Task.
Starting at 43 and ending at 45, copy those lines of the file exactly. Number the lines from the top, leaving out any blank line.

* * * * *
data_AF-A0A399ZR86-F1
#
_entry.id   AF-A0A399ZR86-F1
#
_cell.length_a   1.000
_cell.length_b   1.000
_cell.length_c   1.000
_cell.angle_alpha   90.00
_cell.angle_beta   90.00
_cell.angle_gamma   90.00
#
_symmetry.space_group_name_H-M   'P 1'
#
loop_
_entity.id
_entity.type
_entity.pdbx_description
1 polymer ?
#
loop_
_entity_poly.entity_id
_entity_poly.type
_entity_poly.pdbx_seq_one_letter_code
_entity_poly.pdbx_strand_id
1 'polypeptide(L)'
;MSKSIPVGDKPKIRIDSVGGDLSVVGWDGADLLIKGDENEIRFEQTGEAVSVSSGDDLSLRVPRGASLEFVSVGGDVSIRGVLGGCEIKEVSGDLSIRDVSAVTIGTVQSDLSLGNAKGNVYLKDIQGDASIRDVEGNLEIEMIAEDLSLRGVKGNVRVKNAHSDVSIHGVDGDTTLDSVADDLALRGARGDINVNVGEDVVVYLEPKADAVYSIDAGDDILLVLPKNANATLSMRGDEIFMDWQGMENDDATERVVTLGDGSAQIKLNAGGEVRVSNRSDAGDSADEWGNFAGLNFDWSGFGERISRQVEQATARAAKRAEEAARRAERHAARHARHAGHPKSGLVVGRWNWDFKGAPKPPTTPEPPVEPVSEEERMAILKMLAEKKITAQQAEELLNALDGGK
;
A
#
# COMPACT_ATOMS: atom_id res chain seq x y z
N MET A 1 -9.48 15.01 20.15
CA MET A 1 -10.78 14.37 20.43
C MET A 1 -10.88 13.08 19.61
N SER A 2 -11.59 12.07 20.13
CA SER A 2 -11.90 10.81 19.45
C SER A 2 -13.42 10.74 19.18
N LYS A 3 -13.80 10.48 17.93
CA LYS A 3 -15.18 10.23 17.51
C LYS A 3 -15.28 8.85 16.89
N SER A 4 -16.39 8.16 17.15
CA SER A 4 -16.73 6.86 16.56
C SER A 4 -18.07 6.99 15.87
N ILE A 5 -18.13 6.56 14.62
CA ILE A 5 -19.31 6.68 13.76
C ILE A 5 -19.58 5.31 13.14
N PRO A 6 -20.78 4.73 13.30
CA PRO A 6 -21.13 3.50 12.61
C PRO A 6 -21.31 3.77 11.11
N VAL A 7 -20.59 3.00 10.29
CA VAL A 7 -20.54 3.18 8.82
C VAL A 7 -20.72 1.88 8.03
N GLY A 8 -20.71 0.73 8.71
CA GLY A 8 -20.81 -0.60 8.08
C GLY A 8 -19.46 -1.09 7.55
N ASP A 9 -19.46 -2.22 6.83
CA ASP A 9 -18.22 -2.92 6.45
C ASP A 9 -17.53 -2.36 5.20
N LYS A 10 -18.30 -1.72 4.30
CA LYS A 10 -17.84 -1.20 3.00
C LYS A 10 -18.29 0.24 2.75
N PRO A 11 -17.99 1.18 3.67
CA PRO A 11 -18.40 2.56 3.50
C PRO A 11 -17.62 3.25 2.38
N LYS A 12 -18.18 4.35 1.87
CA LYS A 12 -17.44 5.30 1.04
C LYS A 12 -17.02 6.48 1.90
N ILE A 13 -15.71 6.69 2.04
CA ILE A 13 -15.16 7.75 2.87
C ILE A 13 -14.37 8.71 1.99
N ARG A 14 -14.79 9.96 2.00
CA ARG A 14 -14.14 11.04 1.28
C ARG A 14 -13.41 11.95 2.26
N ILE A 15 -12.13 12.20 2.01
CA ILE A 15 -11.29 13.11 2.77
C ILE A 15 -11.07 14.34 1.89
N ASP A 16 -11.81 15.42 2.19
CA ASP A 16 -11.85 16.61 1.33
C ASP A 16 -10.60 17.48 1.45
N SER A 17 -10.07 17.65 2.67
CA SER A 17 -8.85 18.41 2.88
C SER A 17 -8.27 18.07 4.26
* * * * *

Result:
N ILE A 5 -18.13 6.56 14.62
CA ILE A 5 -19.31 6.68 13.76
C ILE A 5 -19.58 5.31 13.14